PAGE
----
So that's how urgent it is to have that kind of massive evacuation that they had over the weekend.

Have we heard anything new from the Prime Minister?

He was pretty distraught. In fact, according to the Bahamian media he gave a press conference at which he was in tears saying this was the worst day of his life.


I've already heard of groups that are starting to collect or will begin collecting supplies and relief for the Bahamas right away.

Credit AP
A Bahamian baby sleeps on a cot as she and her family wait out Hurricane Dorian at a shelter in Freeport, Grand Bahama in the Bahamas.

Well, you've already seen the hashtag #BahamaStrong become a fixture on social media. And you're seeing the city of Miami and Miami-Dade County coordinate with, for example, the local Bahamian community here, the churches in Coconut Grove, and in the area known as Little Bahamas they are starting relief efforts now – particularly because we've all here in South Florida, we’ve all been shopping for the past week for supplies because we thought we were going to get hit. Well, we're not going to get hit. So we got all the supplies – give ‘em to the Bahamas.

We're seeing storms grow in power, in intensity. Then you have islands like the Bahamas but also the Caribbean becoming more vulnerable. How much more urgent is it now to make these communities more resilient?

Oh, I think it's more urgent than ever. Every time I talk to, say, a prime minister from a Caribbean island like Dominica, for example, that got hit so hard back in 2017 by both [Hurricanes] Maria and Irma, the point they always make is that, look, we have very little responsibility for the greenhouse emissions that create global warming, but yet we take the brunt of the suffering in the form of these more powerful hurricanes. Because the Caribbean and the Bahamas are like a bowling alley for most of these powerful storms in recent years.

We have got to start making these islands more resilient or – unless something is done to make them more of a bulwark against these kinds of storms, we're going to see them disappear.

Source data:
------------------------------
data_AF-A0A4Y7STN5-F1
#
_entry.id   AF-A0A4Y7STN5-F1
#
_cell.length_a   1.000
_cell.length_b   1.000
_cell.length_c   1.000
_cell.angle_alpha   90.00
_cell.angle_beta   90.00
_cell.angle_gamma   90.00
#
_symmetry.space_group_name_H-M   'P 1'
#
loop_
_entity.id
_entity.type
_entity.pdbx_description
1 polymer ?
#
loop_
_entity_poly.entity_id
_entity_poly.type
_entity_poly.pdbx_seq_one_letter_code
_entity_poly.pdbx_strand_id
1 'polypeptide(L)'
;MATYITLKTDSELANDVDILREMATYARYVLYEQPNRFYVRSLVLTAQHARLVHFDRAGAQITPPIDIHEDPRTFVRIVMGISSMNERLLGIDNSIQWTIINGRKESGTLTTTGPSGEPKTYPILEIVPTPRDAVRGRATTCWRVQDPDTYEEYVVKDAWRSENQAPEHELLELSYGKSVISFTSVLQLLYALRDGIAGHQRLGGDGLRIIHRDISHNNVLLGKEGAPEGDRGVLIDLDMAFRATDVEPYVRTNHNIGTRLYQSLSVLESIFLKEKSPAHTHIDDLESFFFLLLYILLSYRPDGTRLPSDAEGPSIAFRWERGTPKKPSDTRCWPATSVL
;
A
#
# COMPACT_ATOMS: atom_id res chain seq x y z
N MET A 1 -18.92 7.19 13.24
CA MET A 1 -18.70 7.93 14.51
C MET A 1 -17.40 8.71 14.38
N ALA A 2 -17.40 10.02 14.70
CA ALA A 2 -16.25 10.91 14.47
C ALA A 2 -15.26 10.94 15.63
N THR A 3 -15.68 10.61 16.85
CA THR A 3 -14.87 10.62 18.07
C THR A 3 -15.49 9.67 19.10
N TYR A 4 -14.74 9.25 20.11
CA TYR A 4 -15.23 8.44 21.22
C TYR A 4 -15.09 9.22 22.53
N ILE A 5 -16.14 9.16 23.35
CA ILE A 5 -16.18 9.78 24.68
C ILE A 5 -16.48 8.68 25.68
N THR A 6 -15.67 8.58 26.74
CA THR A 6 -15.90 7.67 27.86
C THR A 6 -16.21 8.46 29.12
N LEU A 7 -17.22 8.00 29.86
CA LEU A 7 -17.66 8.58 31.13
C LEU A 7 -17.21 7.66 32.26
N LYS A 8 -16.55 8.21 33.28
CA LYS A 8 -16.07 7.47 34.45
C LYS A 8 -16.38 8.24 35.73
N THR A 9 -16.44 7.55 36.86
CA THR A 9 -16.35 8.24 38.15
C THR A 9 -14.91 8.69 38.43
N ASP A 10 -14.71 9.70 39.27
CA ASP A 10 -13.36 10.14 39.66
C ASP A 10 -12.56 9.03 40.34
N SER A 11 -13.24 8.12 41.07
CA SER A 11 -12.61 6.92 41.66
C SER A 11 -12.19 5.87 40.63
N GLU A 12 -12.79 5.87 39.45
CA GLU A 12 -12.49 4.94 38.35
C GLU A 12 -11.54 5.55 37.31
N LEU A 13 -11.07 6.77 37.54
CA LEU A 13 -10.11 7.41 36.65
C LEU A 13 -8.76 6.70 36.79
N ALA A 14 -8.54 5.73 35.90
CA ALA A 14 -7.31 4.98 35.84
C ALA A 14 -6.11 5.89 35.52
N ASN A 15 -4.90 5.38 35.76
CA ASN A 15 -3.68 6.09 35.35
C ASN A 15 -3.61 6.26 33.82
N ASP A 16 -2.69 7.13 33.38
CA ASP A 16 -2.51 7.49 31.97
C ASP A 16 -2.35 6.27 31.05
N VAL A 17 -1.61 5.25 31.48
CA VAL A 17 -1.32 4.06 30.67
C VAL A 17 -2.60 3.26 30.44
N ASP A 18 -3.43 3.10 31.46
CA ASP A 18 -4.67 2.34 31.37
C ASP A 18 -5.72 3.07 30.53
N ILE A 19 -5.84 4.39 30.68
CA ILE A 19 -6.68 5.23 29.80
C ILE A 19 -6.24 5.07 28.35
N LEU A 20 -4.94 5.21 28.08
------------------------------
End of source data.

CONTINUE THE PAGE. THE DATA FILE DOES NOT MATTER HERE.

Tim Padgett is the Americas Editor for WLRN, covering Latin America, the Caribbean and their key relationship with South Florida. Contact Tim at <a label="tpadgett@wlrnnews.org" class="rte2-style-brightspot-core-link-LinkRichTextElement" href="mailto:tpadgett@wlrnnews.org" target="_blank" link-data="{&quot;cms.site.owner&quot;:{&quot;_ref&quot;:&quot;0000016e-ccea-ddc2-a56e-edfe78d10000&quot;,&quot;_type&quot;:&quot;ae3387cc-b875-31b7-b82d-63fd8d758c20&quot;},&quot;cms.content.publishDate&quot;:1678402495379,&quot;cms.content.publishUser&quot;:{&quot;_ref&quot;:&quot;00000182-9031-d06e-ab9f-bebd44c50000&quot;,&quot;_type&quot;:&quot;6aa69ae1-35be-30dc-87e9-410da9e1cdcc&quot;},&quot;cms.content.updateDate&quot;:1678402495379,&quot;cms.content.updateUser&quot;:{&quot;_ref&quot;:&quot;00000182-9031-d06e-ab9f-bebd44c50000&quot;,&quot;_type&quot;:&quot;6aa69ae1-35be-30dc-87e9-410da9e1cdcc&quot;},&quot;cms.directory.paths&quot;:[],&quot;anchorable.showAnchor&quot;:false,&quot;link&quot;:{&quot;attributes&quot;:[],&quot;cms.directory.paths&quot;:[],&quot;linkText&quot;:&quot;tpadgett@wlrnnews.org&quot;,&quot;target&quot;:&quot;NEW&quot;,&quot;attachSourceUrl&quot;:false,&quot;url&quot;:&quot;mailto:tpadgett@wlrnnews.org&quot;,&quot;_id&quot;:&quot;00000186-c895-df0f-a1bf-fe9f90180001&quot;,&quot;_type&quot;:&quot;ff658216-e70f-39d0-b660-bdfe57a5599a&quot;},&quot;_id&quot;:&quot;00000186-c895-df0f-a1bf-fe9f90180000&quot;,&quot;_type&quot;:&quot;809caec9-30e2-3666-8b71-b32ddbffc288&quot;}">tpadgett@wlrnnews.org</a>